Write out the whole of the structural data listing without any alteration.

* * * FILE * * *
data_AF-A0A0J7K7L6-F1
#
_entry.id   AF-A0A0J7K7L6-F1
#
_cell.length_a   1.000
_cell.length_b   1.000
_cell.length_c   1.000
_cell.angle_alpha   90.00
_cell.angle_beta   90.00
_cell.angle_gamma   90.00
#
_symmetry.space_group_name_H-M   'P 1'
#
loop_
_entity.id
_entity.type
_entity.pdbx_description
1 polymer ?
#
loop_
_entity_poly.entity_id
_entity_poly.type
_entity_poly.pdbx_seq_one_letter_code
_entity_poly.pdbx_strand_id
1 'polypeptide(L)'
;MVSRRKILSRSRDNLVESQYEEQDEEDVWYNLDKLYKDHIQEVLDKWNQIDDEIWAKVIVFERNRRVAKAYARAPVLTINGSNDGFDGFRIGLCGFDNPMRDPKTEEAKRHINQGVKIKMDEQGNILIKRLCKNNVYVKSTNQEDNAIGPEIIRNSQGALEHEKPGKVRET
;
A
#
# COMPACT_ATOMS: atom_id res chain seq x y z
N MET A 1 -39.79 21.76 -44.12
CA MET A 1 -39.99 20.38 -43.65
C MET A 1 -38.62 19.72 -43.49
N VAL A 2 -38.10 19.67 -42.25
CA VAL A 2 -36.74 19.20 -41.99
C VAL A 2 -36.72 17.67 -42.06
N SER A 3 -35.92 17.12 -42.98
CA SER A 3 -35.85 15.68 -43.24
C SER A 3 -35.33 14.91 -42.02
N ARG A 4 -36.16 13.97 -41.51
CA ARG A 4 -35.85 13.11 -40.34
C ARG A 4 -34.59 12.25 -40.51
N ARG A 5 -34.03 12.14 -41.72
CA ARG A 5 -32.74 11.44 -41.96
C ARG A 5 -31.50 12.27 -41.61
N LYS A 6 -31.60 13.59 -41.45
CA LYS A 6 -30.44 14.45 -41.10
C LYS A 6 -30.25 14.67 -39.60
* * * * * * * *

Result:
data_AF-A0A0J7K7L6-F1
#
_entry.id   AF-A0A0J7K7L6-F1
#
_cell.length_a   1.000
_cell.length_b   1.000
_cell.length_c   1.000
_cell.angle_alpha   90.00
_cell.angle_beta   90.00
_cell.angle_gamma   90.00
#
_symmetry.space_group_name_H-M   'P 1'
#
loop_
_entity.id
_entity.type
_entity.pdbx_description
1 polymer ?
#
loop_
_entity_poly.entity_id
_entity_poly.type
_entity_poly.pdbx_seq_one_letter_code
_entity_poly.pdbx_strand_id
1 'polypeptide(L)'
;MVSRRKILSRSRDNLVESQYEEQDEEDVWYNLDKLYKDHIQEVLDKWNQIDDEIWAKVIVFERNRRVAKAYARAPVLTINGSNDGFDGFRIGLCGFDNPMRDPKTEEAKRHINQGVKIKMDEQGNILIKRLCKNNVYVKSTNQEDNAIGPEIIRNSQGALEHEKPGKVRET
;
A
#
# COMPACT_ATOMS: atom_id res chain seq x y z
N MET A 1 -39.79 21.76 -44.12
CA MET A 1 -39.99 20.38 -43.65
C MET A 1 -38.62 19.72 -43.49
N VAL A 2 -38.10 19.67 -42.25
CA VAL A 2 -36.74 19.20 -41.99
C VAL A 2 -36.72 17.67 -42.06
N SER A 3 -35.92 17.12 -42.98
CA SER A 3 -35.85 15.68 -43.24
C SER A 3 -35.33 14.91 -42.02
N ARG A 4 -36.16 13.97 -41.51
CA ARG A 4 -35.85 13.11 -40.34
C ARG A 4 -34.59 12.25 -40.51
N ARG A 5 -34.03 12.14 -41.72
CA ARG A 5 -32.74 11.44 -41.96
C ARG A 5 -31.50 12.27 -41.61
N LYS A 6 -31.60 13.59 -41.45
CA LYS A 6 -30.44 14.45 -41.10
C LYS A 6 -30.25 14.67 -39.60